15 March 2007

Booze in Prison, Who Knew?

Sometimes the Denver Post's lack of curiosity about their own stories baffles me. Consider this little understatement today (emphasis added):

Sablan and his cousin, Rudy Sablan, 47, are the first federal defendants in Colorado to face the death penalty since Oklahoma City bomber Timothy McVeigh. They were charged with killing Estrella Oct. 10, 1999, after a night of drinking and fighting in the cell they shared at the federal penitentiary in Florence in central Colorado.

Since when can prisoners drink and fight with impunity in a federal prison cell? I mean, I know this is the "Wild West" and all, but since when do they have booze on tap in prison cells? Even I have to walk down the hall from my bedroom if I want to get drunk at night. But, honestly, what the hell is going on in Florence?

Alberto Gonzales stopped by the neighborhood three weeks ago and said everything was up to par, but my understanding is that even one of his earliest and most loyal supporters, Ken Salazar, is now calling for his resignation (I may be misinformed, my source had this second hand). Gonzales and creditability don't belong in the same sentence. The guard-union rep was less confident than Gonzales was:

warning that thin staffing has put prisons on the brink of disastrous riots as the nation's federal inmate population approaches 200,000.

Supermax union president Barbara Batulis, who accompanied Gonzales, said terrorists housed there still are able to communicate with followers in Spain and Iraq. . . .

New surveillance technology at Supermax and other prisons ignores the core issue of inadequate staffing, Gage said. "Those cameras will not replace correctional officers. And electric fences? We're not talking about escapes here. We're talking about safety within the walls," he said. . . .

In recent days here, outbreaks of violence prompted tower guards at the high-security U.S. Penitentiary adjacent to Supermax to fire lethal and nonlethal rounds to stop inmates from killing one another, said Ken Shatto, union president at the penitentiary.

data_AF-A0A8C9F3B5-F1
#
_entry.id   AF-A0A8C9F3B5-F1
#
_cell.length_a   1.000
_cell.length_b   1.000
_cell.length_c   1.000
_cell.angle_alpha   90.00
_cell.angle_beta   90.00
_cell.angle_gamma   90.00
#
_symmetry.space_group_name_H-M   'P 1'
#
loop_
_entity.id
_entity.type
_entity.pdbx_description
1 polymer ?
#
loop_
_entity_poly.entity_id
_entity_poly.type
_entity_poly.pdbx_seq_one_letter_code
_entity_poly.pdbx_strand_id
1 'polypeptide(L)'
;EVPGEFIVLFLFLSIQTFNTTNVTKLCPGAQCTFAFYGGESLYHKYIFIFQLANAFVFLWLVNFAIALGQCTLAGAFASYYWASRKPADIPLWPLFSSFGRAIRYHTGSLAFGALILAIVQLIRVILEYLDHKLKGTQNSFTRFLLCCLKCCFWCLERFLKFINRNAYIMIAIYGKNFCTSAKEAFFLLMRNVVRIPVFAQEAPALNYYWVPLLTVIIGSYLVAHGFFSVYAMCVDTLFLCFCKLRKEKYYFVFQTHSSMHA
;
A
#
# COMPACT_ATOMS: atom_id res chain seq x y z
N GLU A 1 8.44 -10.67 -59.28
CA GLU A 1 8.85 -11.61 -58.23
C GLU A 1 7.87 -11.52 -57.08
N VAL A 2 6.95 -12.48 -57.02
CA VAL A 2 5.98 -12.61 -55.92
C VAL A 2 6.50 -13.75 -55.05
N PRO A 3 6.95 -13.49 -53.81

"Today I'm trying to head off full-blown riots," he said. "That's where I think we are headed. This is no good for the safety and security of staffers and inmates alike." . . .

Threats to kill staff members have increased to about 110 last year, double the number in 2005, said chief union steward Bob Snelson, who represented guards last fall before an arbitrator who found dangerous understaffing.

Guards lament that, after a Justice Department inspector general's report and lawmakers focused attention on problems at Supermax last fall, federal prison chiefs began moving staff from the neighboring penitentiary and medium-security prison to Supermax.

"It's a shell game with bodies," Batulis said. These moves increased pressures at the other facilities, where riots in January left several guards injured.

Isn't there some middle ground between putting everybody naked in solitary confinement and having enough guards to notice a couple of guys drinking and fighting all night in their cell before the guards arive to be taunted with the loser's entrails?

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